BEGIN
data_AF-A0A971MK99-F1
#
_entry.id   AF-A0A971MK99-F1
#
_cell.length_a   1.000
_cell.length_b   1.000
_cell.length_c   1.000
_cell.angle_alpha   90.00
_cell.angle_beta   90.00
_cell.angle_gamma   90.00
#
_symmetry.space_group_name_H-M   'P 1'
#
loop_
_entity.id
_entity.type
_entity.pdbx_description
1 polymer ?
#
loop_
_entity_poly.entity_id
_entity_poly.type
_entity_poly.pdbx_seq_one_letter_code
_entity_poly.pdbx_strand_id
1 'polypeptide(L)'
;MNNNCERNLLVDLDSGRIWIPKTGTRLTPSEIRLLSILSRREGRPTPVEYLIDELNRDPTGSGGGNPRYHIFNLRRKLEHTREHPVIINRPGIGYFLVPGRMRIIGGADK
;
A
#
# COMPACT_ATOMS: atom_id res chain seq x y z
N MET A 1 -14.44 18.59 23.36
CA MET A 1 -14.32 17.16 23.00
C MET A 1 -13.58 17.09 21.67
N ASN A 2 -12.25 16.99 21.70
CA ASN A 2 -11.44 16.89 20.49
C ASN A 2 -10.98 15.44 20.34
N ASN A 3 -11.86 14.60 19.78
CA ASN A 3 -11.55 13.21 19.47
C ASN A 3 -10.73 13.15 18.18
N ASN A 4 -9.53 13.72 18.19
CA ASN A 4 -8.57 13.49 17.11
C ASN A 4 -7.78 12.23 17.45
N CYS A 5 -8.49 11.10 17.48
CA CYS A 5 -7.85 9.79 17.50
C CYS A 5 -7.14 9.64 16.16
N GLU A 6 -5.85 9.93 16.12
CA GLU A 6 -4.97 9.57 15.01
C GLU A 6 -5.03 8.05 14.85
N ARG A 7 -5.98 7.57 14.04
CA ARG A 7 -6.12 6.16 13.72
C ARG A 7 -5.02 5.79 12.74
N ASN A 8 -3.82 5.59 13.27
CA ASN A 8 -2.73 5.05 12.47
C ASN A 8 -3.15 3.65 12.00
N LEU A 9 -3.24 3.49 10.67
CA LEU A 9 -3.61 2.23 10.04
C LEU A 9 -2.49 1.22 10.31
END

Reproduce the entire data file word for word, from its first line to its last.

data_AF-A0A971MK99-F1
#
_entry.id   AF-A0A971MK99-F1
#
_cell.length_a   1.000
_cell.length_b   1.000
_cell.length_c   1.000
_cell.angle_alpha   90.00
_cell.angle_beta   90.00
_cell.angle_gamma   90.00
#
_symmetry.space_group_name_H-M   'P 1'
#
loop_
_entity.id
_entity.type
_entity.pdbx_description
1 polymer ?
#
loop_
_entity_poly.entity_id
_entity_poly.type
_entity_poly.pdbx_seq_one_letter_code
_entity_poly.pdbx_strand_id
1 'polypeptide(L)'
;MNNNCERNLLVDLDSGRIWIPKTGTRLTPSEIRLLSILSRREGRPTPVEYLIDELNRDPTGSGGGNPRYHIFNLRRKLEHTREHPVIINRPGIGYFLVPGRMRIIGGADK
;
A
#
# COMPACT_ATOMS: atom_id res chain seq x y z
N MET A 1 -14.44 18.59 23.36
CA MET A 1 -14.32 17.16 23.00
C MET A 1 -13.58 17.09 21.67
N ASN A 2 -12.25 16.99 21.70
CA ASN A 2 -11.44 16.89 20.49
C ASN A 2 -10.98 15.44 20.34
N ASN A 3 -11.86 14.60 19.78
CA ASN A 3 -11.55 13.21 19.47
C ASN A 3 -10.73 13.15 18.18
N ASN A 4 -9.53 13.72 18.19
CA ASN A 4 -8.57 13.49 17.11
C ASN A 4 -7.78 12.23 17.45
N CYS A 5 -8.49 11.10 17.48
CA CYS A 5 -7.85 9.79 17.50
C CYS A 5 -7.14 9.64 16.16
N GLU A 6 -5.85 9.93 16.12
CA GLU A 6 -4.97 9.57 15.01
C GLU A 6 -5.03 8.05 14.85
N ARG A 7 -5.98 7.57 14.04
CA ARG A 7 -6.12 6.16 13.72
C ARG A 7 -5.02 5.79 12.74
N ASN A 8 -3.82 5.59 13.27
CA ASN A 8 -2.73 5.05 12.47
C ASN A 8 -3.15 3.65 12.00
N LEU A 9 -3.24 3.49 10.67
CA LEU A 9 -3.61 2.23 10.04
C LEU A 9 -2.49 1.22 10.31